Maine’s Coastal Route 1 meanders past quaint towns, sleepy seaside fishing villages and more antique shops and lobster shacks than you ever imagined. As we left the postcard perfect town of Camden for the rugged beauty of Acadia National Park our innkeepers gave us advice on some interesting sites along the way. With typical New England modesty and reserve we were directed to go to “that cute little blanket shop”; this happened to be Swan Island Blankets, whose handmade items are given to visiting dignitaries by none other the The White House. No big deal.
A few months ago I was lucky enough to be sent to New York City for work. I was even luckier to be working less than half a block from Madison Square Park and its seasonal popup market, Madison Square Eats.Over thirty of NYC’s best restaurants and vendors are featured here and I was spoiled for choice. Tasty,tasty choice.
Now just wait a minute, isn’t this a travel blog? Why on Earth is she giving us recipes?
I’ve been toying with the idea of adding a recipe section to this blog for quite some time. I have a full time job, which means I’m a part time traveler. A few big trips a year with a sprinkle of day and weekend trips leaves me at home more often than not. According to my friends I’m fairly decent in the kitchen and I’m always perusing blogs and magazines for new recipes and once in a great while if I’m feeling particularly creative I’ll let my imagination loose and something tasty ends up on my plate. I love to explore a destination through its food and these flavors are often inspiration for what I’m cooking at home.
Hidden in the small town of Camden, Maine the Hartstone Inn is perfect for a weekend foodie getaway.Housed in a converted Federal style home built in 1835, Chef Michael Salmon (a former recipient of Caribbean Chef of the Year) and his wife Mary Jo run their inn with a focus on comfortable luxury and gourmet cuisine. Rooms are comfortably appointed with sumptuous linens and french provincial touches while the common spaces retain a Victorian feel with a nod to the building’s historic charms. During my travels through Maine I became increasingly convinced that all Maine residents have a sixth sense when it comes to gardening and the Hartstone was no different. Hydrangeas, with their white fluffy blooms greet me at the entrance while cheerful lilies and demure daisies line the path to my room. Mary Jo’s love of orchids is on also display with the delicate flowers gracing nearly every space.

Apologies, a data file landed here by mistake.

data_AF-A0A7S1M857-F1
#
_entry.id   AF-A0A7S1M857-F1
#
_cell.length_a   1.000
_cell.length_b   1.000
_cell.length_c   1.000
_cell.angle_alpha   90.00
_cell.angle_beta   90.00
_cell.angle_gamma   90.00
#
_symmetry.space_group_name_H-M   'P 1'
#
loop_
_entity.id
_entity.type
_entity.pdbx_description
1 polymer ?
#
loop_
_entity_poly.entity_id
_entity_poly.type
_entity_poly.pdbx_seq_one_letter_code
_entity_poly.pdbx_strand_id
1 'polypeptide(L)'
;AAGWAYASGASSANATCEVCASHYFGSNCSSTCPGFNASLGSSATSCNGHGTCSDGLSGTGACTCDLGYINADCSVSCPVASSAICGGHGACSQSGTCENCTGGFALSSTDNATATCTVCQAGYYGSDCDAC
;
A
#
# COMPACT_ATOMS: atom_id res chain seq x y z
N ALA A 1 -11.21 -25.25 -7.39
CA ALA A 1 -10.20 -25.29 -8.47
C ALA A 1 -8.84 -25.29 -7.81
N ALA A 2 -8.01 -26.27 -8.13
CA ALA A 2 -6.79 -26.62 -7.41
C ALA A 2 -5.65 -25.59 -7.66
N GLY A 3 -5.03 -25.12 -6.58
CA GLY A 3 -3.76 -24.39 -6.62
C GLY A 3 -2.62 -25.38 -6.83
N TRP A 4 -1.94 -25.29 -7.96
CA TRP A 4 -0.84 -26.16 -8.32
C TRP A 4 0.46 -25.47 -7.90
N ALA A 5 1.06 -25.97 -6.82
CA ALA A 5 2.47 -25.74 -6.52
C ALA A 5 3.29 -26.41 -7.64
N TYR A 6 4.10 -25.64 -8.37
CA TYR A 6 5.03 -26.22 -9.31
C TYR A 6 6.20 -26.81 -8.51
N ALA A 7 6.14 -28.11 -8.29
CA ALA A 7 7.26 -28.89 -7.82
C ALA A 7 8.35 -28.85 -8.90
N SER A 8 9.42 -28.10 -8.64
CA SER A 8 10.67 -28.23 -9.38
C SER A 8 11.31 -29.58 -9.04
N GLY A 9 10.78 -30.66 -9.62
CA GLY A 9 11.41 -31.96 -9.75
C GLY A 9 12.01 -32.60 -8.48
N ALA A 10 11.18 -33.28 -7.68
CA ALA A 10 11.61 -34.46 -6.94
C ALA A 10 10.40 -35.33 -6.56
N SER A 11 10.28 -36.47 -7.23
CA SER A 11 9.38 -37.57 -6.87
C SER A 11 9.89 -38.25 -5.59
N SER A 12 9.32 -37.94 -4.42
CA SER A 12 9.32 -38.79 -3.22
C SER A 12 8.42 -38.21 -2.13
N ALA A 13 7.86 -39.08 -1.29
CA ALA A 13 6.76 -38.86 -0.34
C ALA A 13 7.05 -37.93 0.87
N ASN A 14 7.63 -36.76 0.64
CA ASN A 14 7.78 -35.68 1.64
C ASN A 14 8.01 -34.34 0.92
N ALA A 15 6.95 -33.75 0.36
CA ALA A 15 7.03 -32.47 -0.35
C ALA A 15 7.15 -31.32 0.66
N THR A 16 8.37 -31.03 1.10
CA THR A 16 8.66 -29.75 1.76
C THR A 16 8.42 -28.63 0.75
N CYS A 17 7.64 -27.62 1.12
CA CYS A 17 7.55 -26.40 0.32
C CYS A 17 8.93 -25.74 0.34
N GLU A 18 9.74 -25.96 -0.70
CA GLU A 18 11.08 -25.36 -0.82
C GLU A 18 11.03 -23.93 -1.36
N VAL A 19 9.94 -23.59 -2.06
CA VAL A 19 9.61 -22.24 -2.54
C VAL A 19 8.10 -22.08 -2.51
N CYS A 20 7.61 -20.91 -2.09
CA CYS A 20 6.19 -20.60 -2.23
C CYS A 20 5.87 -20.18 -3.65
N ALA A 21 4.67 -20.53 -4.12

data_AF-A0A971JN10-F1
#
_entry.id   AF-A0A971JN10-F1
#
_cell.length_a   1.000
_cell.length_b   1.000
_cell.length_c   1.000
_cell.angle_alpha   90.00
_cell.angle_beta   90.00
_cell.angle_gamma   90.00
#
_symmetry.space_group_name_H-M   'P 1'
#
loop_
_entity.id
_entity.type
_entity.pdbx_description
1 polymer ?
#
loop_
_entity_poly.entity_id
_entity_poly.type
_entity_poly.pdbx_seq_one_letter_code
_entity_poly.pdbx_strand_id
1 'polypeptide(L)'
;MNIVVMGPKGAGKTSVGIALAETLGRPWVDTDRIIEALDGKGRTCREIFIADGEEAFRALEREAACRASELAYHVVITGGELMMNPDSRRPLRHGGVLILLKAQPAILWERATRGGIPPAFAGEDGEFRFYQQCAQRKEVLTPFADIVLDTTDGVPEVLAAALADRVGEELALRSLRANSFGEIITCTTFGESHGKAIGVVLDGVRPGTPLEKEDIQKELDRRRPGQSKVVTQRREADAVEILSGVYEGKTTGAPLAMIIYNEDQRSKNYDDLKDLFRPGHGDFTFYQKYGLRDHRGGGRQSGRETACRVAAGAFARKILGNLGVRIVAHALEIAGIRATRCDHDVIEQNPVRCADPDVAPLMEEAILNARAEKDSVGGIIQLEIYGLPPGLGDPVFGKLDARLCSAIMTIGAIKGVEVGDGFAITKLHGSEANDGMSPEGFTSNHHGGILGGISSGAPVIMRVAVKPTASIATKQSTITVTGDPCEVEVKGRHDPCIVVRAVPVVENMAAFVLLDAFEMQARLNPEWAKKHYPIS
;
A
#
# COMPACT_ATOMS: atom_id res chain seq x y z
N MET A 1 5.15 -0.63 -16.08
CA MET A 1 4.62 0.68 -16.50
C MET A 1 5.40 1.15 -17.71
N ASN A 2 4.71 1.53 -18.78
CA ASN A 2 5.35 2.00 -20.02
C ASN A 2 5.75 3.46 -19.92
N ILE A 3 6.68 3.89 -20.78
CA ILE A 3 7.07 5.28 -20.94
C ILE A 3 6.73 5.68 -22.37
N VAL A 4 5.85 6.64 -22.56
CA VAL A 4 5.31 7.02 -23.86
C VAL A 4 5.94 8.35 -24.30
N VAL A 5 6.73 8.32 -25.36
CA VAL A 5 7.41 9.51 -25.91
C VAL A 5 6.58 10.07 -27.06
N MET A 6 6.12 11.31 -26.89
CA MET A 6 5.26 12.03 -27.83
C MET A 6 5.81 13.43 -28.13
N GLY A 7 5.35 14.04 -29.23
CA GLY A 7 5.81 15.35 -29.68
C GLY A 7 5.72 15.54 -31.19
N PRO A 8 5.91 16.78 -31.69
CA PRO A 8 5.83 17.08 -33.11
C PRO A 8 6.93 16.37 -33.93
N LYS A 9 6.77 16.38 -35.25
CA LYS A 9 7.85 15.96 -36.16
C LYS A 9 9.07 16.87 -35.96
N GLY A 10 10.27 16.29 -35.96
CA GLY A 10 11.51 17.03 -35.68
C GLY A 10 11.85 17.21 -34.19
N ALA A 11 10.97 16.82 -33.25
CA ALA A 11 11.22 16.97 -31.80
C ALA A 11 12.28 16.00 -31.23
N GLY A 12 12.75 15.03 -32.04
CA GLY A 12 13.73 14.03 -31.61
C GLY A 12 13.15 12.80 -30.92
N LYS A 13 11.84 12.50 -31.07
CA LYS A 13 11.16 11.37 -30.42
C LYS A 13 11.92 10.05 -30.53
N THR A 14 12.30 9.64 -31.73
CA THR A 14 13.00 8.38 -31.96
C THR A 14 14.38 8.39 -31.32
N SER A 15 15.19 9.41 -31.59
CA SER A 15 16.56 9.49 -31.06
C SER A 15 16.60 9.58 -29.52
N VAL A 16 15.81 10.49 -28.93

With the rolling green hills of mid-coast Maine as its backdrop, the setting of Cellardoor Winery looks like it belongs to Virginia’s popular Piedmont region. Don’t be mistaken though, this winery is 100% Maine and very proud of it. Owner Bettina Doulton purchased the property in 2007 and transformed a 1790s farmhouse into the winery and tasting room with a rustic luxe touch in order to keep the character of the original building. Maine’s rocky soil and harsh winters have not usually been kind to grape vines in the past but with ingenuity, a classic New England work ethic, and I suspect a dash of Maine stubbornness (coming from a long line of Mainers myself I can say that) the winery had a successful harvest in 2012 that will be used in making future vintages.